# How to evaluate and compare the performance of algorithms in practice?

Let $A$ be a heuristic algorithm for problem $Q$. I want to evaluate the performance of my algorithm in a specific practical environment and compare it to other algorithms. Is there a rigorous framework for comparison of algorithms in practice?

One method to evaluate the performance and compare it with other algorithms is to run them on randomly generated inputs from a distribution (based on actual inputs or a theoretical model of inputs) and measure the average running time of the algorithms. However I want to be able to express that one algorithm is better than other one in stronger sense than just having better expected running time.

What do people use for to express stronger conditions? Would standard deviation be a useful for this purpose? What is the best way to measure the confidence level of the performance?

Are the any references (books/surveys/tutorials/...) on how to compare the performance of algorithms in practice?

• Your question does not appear to be a research-level question in theoretical computer science. For more information about the scope, please see help center. Your question might be suitable for Computer Science which has a broader scope. If you post your question there, make sure to follow the cross-posting guidelines of both sites. Nov 27, 2015 at 5:48
• @chazisop, I think this is a good and on-topic question. There are many problems that we only have heuristics (or heuristics perform better than non-heuristic algorithms or algorithms with worst theoretical analysis perform better than those with better theoretical analysis). Nov 28, 2015 at 0:45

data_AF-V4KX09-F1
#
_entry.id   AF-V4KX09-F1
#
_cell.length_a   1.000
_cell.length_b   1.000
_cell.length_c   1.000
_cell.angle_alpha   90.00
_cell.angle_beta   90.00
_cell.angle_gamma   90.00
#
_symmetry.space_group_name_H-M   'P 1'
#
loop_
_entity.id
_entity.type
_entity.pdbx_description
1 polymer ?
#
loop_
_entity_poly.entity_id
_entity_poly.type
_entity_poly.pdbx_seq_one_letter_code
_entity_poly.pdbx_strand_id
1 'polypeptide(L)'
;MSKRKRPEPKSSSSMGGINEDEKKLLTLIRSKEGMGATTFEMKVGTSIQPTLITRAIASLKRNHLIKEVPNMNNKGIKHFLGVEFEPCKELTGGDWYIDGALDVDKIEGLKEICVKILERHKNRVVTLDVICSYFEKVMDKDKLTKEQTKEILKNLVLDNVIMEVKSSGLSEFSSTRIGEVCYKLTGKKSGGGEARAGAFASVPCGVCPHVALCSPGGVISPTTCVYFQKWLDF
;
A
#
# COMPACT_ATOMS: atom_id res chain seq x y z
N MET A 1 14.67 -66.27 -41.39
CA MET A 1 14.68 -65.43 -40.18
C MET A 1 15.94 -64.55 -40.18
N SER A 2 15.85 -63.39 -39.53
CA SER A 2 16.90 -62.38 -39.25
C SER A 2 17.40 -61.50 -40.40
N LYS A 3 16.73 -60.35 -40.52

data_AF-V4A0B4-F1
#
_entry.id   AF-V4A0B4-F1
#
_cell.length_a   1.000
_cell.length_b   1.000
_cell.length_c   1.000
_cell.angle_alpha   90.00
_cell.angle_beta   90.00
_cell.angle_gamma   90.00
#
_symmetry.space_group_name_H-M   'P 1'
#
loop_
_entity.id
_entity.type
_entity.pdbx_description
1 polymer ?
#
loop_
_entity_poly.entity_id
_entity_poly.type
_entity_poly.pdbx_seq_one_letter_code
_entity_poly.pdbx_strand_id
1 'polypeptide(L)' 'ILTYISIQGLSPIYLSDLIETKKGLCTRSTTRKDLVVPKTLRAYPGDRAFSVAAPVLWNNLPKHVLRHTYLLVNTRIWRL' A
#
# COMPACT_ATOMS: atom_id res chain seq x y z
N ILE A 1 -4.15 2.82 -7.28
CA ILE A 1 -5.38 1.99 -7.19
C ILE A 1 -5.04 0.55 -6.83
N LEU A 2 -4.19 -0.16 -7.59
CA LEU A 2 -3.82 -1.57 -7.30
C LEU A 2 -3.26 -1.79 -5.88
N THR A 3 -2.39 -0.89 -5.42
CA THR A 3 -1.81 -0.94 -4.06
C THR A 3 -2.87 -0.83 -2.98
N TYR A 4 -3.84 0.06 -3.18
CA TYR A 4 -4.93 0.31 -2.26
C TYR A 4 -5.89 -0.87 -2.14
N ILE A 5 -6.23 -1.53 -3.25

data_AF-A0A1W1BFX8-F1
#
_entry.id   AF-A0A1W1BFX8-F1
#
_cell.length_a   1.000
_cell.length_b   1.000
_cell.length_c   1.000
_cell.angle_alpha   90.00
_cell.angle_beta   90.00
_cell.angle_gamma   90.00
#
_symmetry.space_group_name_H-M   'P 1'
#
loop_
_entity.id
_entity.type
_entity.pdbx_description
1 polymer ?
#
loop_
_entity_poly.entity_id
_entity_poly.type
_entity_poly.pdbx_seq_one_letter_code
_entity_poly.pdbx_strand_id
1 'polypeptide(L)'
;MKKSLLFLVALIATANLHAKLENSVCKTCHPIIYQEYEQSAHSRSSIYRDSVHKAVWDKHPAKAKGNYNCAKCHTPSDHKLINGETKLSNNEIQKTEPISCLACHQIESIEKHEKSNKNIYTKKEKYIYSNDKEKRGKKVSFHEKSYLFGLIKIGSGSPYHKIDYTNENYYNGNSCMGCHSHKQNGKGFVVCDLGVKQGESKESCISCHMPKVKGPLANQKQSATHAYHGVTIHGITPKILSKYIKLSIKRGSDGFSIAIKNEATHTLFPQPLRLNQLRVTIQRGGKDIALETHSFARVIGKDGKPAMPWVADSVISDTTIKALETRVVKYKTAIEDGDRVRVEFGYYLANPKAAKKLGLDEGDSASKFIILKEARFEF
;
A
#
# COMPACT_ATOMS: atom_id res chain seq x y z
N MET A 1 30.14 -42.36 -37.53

• Yes and no. The edited question is a well-known question in heuristics research AFAIK, but on the other hand it is too broad (essentially it is the starting point for a large body of research). But imho the edit is far in meaning and intent from the original question which while had the merit to be narrow, was simply asking on how to measure the expected running time of a scheduling algorithm on random inputs, which is a standard topic. Nov 29, 2015 at 1:29
• try putting the science back in CS by sedgewick. it is slightly controversial whether theoretical CS includes empirical/ experimental aspects. see eg theory without experiments: have we gone to far? by Mitzenmacher / CACM.
– vzn
Nov 30, 2015 at 18:00

## 1 Answer

I believe what you're looking for is the field of Experimental Algorithmics. There is a text by McGeoch, an ACM Journal, and a previous question on this site that provides a reading list for the field.

• In my case, the input is a directed acyclic graph. In that case, if I generate random graphs, the output may not necessarily generate normal distribution. Am I right in this case? Nov 28, 2015 at 10:00
• I can't really speak to your situation, just the fact that a whole area of research exists to address the performance of algorithms in practice. You packed 4 questions into your one question, and I was just addressing the general reference request part. Nov 28, 2015 at 21:28